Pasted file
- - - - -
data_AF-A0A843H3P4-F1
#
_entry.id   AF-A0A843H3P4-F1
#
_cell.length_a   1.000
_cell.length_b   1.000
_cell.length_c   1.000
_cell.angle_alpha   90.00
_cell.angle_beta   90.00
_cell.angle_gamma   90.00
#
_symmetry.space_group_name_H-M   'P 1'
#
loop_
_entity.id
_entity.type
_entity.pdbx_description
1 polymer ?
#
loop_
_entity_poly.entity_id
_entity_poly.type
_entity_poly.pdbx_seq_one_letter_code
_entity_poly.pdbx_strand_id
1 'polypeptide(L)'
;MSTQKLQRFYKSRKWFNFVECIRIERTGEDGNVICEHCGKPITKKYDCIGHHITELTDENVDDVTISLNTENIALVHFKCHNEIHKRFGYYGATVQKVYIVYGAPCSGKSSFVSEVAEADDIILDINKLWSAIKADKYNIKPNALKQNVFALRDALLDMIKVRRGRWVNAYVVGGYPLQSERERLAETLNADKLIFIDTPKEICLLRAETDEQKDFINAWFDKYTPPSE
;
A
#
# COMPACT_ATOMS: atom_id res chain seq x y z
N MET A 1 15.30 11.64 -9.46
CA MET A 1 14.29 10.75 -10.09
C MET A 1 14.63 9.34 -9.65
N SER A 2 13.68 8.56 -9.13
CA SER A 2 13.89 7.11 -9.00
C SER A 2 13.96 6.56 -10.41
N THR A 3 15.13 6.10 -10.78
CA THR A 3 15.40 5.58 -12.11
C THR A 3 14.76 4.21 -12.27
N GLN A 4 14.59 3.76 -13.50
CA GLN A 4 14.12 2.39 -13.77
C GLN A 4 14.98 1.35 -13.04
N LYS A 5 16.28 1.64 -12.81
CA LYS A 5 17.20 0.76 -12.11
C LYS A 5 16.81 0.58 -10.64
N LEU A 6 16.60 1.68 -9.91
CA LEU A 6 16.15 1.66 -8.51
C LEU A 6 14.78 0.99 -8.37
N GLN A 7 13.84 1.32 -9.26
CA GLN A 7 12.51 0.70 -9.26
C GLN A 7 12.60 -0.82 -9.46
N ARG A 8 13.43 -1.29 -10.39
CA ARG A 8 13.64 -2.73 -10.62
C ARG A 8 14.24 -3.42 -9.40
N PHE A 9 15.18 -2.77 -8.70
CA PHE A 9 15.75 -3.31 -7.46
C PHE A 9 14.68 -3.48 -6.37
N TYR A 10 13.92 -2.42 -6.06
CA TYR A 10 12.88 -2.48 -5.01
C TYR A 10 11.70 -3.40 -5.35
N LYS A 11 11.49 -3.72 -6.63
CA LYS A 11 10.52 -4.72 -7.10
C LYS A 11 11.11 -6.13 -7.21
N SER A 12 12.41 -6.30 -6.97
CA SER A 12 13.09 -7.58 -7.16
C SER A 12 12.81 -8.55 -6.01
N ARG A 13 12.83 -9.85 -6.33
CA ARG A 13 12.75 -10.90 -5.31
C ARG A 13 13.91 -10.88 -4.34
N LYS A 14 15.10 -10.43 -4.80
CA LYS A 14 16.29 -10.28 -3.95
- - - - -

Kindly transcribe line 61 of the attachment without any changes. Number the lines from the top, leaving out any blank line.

N LYS A 11 11.49 -3.72 -6.63